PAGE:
Young W, Barkemeyer R, Chintakayala P. The wilful blindness of the rich ethical consumer. Presented at the Corporate Responsibility Research Conferemce 2018; September 10, 2018. Leeds, UK.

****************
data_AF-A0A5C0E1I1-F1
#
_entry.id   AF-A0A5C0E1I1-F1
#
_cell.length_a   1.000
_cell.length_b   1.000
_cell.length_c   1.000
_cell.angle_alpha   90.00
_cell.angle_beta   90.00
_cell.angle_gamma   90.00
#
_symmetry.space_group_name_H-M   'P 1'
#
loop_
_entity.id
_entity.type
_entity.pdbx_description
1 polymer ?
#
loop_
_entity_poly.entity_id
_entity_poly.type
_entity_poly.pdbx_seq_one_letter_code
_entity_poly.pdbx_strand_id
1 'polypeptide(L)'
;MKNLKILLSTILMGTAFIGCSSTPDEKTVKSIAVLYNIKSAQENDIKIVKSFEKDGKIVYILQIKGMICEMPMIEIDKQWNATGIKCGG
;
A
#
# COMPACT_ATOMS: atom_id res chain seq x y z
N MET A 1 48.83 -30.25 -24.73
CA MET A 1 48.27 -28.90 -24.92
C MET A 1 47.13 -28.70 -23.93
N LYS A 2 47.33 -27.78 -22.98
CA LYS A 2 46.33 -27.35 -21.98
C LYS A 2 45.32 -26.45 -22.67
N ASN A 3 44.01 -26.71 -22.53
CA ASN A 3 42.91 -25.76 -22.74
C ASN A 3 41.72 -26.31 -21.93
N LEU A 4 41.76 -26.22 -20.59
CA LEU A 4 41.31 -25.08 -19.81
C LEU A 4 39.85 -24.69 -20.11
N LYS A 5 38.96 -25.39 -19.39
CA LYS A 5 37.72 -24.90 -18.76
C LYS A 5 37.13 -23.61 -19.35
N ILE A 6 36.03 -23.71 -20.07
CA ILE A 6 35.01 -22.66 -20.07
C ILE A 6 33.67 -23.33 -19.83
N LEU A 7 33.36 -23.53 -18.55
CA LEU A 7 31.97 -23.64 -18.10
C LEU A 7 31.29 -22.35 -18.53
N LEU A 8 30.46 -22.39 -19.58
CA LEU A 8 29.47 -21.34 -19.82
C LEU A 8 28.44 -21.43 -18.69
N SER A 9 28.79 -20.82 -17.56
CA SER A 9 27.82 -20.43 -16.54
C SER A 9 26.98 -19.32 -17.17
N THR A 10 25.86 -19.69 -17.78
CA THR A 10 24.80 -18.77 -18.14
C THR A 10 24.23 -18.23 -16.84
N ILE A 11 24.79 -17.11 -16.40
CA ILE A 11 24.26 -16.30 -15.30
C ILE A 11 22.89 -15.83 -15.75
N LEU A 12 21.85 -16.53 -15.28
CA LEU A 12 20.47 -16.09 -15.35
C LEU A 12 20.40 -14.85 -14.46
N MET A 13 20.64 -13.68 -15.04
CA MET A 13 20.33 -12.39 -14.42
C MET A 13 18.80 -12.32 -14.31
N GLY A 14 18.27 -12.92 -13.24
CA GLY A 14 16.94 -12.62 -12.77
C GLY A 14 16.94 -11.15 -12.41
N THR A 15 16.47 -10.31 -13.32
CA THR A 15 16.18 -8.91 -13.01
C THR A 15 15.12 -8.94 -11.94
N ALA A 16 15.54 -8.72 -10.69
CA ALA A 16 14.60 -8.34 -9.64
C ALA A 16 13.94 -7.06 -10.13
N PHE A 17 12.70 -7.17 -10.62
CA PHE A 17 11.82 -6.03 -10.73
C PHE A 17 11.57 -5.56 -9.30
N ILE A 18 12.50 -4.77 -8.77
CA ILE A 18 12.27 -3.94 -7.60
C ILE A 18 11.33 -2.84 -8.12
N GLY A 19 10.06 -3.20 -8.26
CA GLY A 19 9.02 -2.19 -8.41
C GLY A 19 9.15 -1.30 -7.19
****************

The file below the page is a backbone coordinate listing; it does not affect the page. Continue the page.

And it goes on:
The mainstreaming of more sustainable production and consumption patterns will be key to move closer towards global sustainable development. This also holds true for food production and consumption, where a vast variety of actors and initiatives focusing on organic, fair trade or sustainable product alternatives represent a growing niche within the industry. The dominant mechanism within this sector is that of a product differentiation strategy aimed at conscious consumers, i.e. consumers that are willing to pay a premium for more sustainable/responsible products in order to drive sustainable change. Looking at the environmental dimension of this market segment, the more or less implicit underlying assumption appears to be that further growth of the current set of approaches will actually help us to reach a critical mass of consumers in order to significantly reduce impacts on the natural environment. In this paper, we combine two perspectives on the current state of sustainable consumption in order to explore (a) factors that drive sustainable consumerism in a given market and (b) the characteristics of sustainable consumers in a UK setting, with particular emphasis on overall resource consumption of this consumer group relative to their peers. We are sourcing our data from secondary data sources. We address the first perspective above with reference to EU market using EU-level data on individuals’ consumption of sustainable products and relating that to the individual as well as country level indicators. We address the second perspective using UK data on sustainable product consumption at individual level and overall average resource consumption. Preliminary results not only show that conscious consumerism typically flourishes in more affluent markets characterised by higher consumption levels more generally, but also that conscious consumerism in its current form is inextricably linked to more affluent consumers who exhibit significantly actually higher – rather than lower – levels of consumption of environmental resources. In other words, the consumption patterns

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